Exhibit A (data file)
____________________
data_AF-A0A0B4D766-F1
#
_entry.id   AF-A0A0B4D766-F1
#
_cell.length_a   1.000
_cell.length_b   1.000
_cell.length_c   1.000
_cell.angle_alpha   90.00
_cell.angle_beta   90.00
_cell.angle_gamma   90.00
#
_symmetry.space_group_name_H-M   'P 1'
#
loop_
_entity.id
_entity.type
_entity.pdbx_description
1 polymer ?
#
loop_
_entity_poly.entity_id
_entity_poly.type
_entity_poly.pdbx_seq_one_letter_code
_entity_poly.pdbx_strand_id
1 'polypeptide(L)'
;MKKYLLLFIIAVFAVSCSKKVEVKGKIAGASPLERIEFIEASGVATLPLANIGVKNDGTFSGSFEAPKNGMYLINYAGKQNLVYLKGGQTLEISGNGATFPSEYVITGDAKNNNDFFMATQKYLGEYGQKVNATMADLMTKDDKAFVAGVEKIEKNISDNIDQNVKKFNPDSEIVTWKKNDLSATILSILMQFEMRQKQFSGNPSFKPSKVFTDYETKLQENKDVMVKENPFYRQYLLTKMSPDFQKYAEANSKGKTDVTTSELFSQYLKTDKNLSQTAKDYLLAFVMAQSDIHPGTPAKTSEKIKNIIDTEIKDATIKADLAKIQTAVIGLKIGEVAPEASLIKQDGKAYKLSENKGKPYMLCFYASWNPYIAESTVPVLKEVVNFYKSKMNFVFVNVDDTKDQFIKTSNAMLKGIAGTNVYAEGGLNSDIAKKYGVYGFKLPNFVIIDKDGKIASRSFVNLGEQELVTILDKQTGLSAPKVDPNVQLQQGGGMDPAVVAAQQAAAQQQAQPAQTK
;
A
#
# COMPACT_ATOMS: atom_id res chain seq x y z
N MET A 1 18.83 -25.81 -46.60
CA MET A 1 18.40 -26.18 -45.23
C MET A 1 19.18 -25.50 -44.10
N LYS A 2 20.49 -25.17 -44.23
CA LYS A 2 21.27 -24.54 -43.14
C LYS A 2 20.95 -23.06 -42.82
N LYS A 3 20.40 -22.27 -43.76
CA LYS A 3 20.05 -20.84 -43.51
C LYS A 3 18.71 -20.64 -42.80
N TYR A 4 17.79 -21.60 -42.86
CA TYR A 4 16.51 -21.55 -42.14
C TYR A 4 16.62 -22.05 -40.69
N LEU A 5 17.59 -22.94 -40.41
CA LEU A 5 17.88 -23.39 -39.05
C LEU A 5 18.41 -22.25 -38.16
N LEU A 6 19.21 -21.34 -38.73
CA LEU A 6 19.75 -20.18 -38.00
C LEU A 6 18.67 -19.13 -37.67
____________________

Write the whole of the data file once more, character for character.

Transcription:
data_AF-A0A0B4D766-F1
#
_entry.id   AF-A0A0B4D766-F1
#
_cell.length_a   1.000
_cell.length_b   1.000
_cell.length_c   1.000
_cell.angle_alpha   90.00
_cell.angle_beta   90.00
_cell.angle_gamma   90.00
#
_symmetry.space_group_name_H-M   'P 1'
#
loop_
_entity.id
_entity.type
_entity.pdbx_description
1 polymer ?
#
loop_
_entity_poly.entity_id
_entity_poly.type
_entity_poly.pdbx_seq_one_letter_code
_entity_poly.pdbx_strand_id
1 'polypeptide(L)'
;MKKYLLLFIIAVFAVSCSKKVEVKGKIAGASPLERIEFIEASGVATLPLANIGVKNDGTFSGSFEAPKNGMYLINYAGKQNLVYLKGGQTLEISGNGATFPSEYVITGDAKNNNDFFMATQKYLGEYGQKVNATMADLMTKDDKAFVAGVEKIEKNISDNIDQNVKKFNPDSEIVTWKKNDLSATILSILMQFEMRQKQFSGNPSFKPSKVFTDYETKLQENKDVMVKENPFYRQYLLTKMSPDFQKYAEANSKGKTDVTTSELFSQYLKTDKNLSQTAKDYLLAFVMAQSDIHPGTPAKTSEKIKNIIDTEIKDATIKADLAKIQTAVIGLKIGEVAPEASLIKQDGKAYKLSENKGKPYMLCFYASWNPYIAESTVPVLKEVVNFYKSKMNFVFVNVDDTKDQFIKTSNAMLKGIAGTNVYAEGGLNSDIAKKYGVYGFKLPNFVIIDKDGKIASRSFVNLGEQELVTILDKQTGLSAPKVDPNVQLQQGGGMDPAVVAAQQAAAQQQAQPAQTK
;
A
#
# COMPACT_ATOMS: atom_id res chain seq x y z
N MET A 1 18.83 -25.81 -46.60
CA MET A 1 18.40 -26.18 -45.23
C MET A 1 19.18 -25.50 -44.10
N LYS A 2 20.49 -25.17 -44.23
CA LYS A 2 21.27 -24.54 -43.14
C LYS A 2 20.95 -23.06 -42.82
N LYS A 3 20.40 -22.27 -43.76
CA LYS A 3 20.05 -20.84 -43.51
C LYS A 3 18.71 -20.64 -42.80
N TYR A 4 17.79 -21.60 -42.86
CA TYR A 4 16.51 -21.55 -42.14
C TYR A 4 16.62 -22.05 -40.69
N LEU A 5 17.59 -22.94 -40.41
CA LEU A 5 17.88 -23.39 -39.05
C LEU A 5 18.41 -22.25 -38.16
N LEU A 6 19.21 -21.34 -38.73
CA LEU A 6 19.75 -20.18 -38.00
C LEU A 6 18.67 -19.13 -37.67